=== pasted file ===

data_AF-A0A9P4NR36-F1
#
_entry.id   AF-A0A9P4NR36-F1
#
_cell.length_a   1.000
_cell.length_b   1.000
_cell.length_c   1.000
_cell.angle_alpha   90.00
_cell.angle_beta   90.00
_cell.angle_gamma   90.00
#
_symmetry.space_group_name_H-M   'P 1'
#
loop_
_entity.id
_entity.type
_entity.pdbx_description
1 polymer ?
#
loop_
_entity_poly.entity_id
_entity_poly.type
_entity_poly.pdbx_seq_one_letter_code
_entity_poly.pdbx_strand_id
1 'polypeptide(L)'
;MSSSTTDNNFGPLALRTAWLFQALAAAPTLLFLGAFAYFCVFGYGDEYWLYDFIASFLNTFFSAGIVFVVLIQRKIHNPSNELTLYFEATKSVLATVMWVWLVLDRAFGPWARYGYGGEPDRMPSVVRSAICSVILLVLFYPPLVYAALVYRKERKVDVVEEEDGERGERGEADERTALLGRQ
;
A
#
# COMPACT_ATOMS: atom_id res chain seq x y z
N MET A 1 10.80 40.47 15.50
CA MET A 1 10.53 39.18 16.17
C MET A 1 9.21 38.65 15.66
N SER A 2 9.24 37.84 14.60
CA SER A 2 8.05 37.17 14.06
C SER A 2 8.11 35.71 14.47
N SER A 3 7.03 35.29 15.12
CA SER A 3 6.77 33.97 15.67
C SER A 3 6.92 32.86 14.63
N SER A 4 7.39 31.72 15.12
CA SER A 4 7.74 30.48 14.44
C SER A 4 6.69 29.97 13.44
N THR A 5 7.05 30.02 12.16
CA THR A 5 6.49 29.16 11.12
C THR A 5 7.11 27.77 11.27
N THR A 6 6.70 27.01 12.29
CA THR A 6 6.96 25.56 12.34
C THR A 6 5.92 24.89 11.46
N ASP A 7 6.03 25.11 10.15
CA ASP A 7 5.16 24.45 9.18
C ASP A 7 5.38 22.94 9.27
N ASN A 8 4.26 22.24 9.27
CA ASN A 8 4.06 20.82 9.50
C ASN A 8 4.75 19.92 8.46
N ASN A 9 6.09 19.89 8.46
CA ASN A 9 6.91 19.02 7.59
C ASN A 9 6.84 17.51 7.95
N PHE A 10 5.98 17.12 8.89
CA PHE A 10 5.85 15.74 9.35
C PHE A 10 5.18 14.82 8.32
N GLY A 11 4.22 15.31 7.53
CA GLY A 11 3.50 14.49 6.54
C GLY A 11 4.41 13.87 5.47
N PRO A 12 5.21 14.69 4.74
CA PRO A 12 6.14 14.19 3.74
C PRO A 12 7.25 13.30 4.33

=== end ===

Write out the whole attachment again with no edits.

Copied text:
data_AF-A0A9P4NR36-F1
#
_entry.id   AF-A0A9P4NR36-F1
#
_cell.length_a   1.000
_cell.length_b   1.000
_cell.length_c   1.000
_cell.angle_alpha   90.00
_cell.angle_beta   90.00
_cell.angle_gamma   90.00
#
_symmetry.space_group_name_H-M   'P 1'
#
loop_
_entity.id
_entity.type
_entity.pdbx_description
1 polymer ?
#
loop_
_entity_poly.entity_id
_entity_poly.type
_entity_poly.pdbx_seq_one_letter_code
_entity_poly.pdbx_strand_id
1 'polypeptide(L)'
;MSSSTTDNNFGPLALRTAWLFQALAAAPTLLFLGAFAYFCVFGYGDEYWLYDFIASFLNTFFSAGIVFVVLIQRKIHNPSNELTLYFEATKSVLATVMWVWLVLDRAFGPWARYGYGGEPDRMPSVVRSAICSVILLVLFYPPLVYAALVYRKERKVDVVEEEDGERGERGEADERTALLGRQ
;
A
#
# COMPACT_ATOMS: atom_id res chain seq x y z
N MET A 1 10.80 40.47 15.50
CA MET A 1 10.53 39.18 16.17
C MET A 1 9.21 38.65 15.66
N SER A 2 9.24 37.84 14.60
CA SER A 2 8.05 37.17 14.06
C SER A 2 8.11 35.71 14.47
N SER A 3 7.03 35.29 15.12
CA SER A 3 6.77 33.97 15.67
C SER A 3 6.92 32.86 14.63
N SER A 4 7.39 31.72 15.12
CA SER A 4 7.74 30.48 14.44
C SER A 4 6.69 29.97 13.44
N THR A 5 7.05 30.02 12.16
CA THR A 5 6.49 29.16 11.12
C THR A 5 7.11 27.77 11.27
N THR A 6 6.70 27.01 12.29
CA THR A 6 6.96 25.56 12.34
C THR A 6 5.92 24.89 11.46
N ASP A 7 6.03 25.11 10.15
CA ASP A 7 5.16 24.45 9.18
C ASP A 7 5.38 22.94 9.27
N ASN A 8 4.26 22.24 9.27
CA ASN A 8 4.06 20.82 9.50
C ASN A 8 4.75 19.92 8.46
N ASN A 9 6.09 19.89 8.46
CA ASN A 9 6.91 19.02 7.59
C ASN A 9 6.84 17.51 7.95
N PHE A 10 5.98 17.12 8.89
CA PHE A 10 5.85 15.74 9.35
C PHE A 10 5.18 14.82 8.32
N GLY A 11 4.22 15.31 7.53
CA GLY A 11 3.50 14.49 6.54
C GLY A 11 4.41 13.87 5.47
N PRO A 12 5.21 14.69 4.74
CA PRO A 12 6.14 14.19 3.74
C PRO A 12 7.25 13.30 4.33